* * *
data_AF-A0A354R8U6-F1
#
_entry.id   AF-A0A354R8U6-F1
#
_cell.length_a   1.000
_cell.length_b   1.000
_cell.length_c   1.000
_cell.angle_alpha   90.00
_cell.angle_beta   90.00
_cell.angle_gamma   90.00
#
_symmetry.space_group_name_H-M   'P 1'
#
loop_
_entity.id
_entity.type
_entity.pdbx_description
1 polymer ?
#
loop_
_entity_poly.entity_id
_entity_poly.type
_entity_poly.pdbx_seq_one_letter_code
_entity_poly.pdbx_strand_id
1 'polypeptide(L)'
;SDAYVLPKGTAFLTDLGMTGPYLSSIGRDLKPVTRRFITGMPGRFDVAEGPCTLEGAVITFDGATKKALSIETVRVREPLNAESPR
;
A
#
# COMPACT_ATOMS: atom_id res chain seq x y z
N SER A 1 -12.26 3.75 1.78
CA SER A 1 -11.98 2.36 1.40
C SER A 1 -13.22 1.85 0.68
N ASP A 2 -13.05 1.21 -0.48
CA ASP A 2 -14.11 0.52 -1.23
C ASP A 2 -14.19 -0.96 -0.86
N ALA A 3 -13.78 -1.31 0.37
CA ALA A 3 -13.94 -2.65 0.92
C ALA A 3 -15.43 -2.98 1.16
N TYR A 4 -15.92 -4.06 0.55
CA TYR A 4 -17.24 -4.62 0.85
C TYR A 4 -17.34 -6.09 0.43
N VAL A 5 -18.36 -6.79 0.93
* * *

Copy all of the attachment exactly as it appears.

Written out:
data_AF-A0A354R8U6-F1
#
_entry.id   AF-A0A354R8U6-F1
#
_cell.length_a   1.000
_cell.length_b   1.000
_cell.length_c   1.000
_cell.angle_alpha   90.00
_cell.angle_beta   90.00
_cell.angle_gamma   90.00
#
_symmetry.space_group_name_H-M   'P 1'
#
loop_
_entity.id
_entity.type
_entity.pdbx_description
1 polymer ?
#
loop_
_entity_poly.entity_id
_entity_poly.type
_entity_poly.pdbx_seq_one_letter_code
_entity_poly.pdbx_strand_id
1 'polypeptide(L)'
;SDAYVLPKGTAFLTDLGMTGPYLSSIGRDLKPVTRRFITGMPGRFDVAEGPCTLEGAVITFDGATKKALSIETVRVREPLNAESPR
;
A
#
# COMPACT_ATOMS: atom_id res chain seq x y z
N SER A 1 -12.26 3.75 1.78
CA SER A 1 -11.98 2.36 1.40
C SER A 1 -13.22 1.85 0.68
N ASP A 2 -13.05 1.21 -0.48
CA ASP A 2 -14.11 0.52 -1.23
C ASP A 2 -14.19 -0.96 -0.86
N ALA A 3 -13.78 -1.31 0.37
CA ALA A 3 -13.94 -2.65 0.92
C ALA A 3 -15.43 -2.98 1.16
N TYR A 4 -15.92 -4.06 0.55
CA TYR A 4 -17.24 -4.62 0.85
C TYR A 4 -17.34 -6.09 0.43
N VAL A 5 -18.36 -6.79 0.93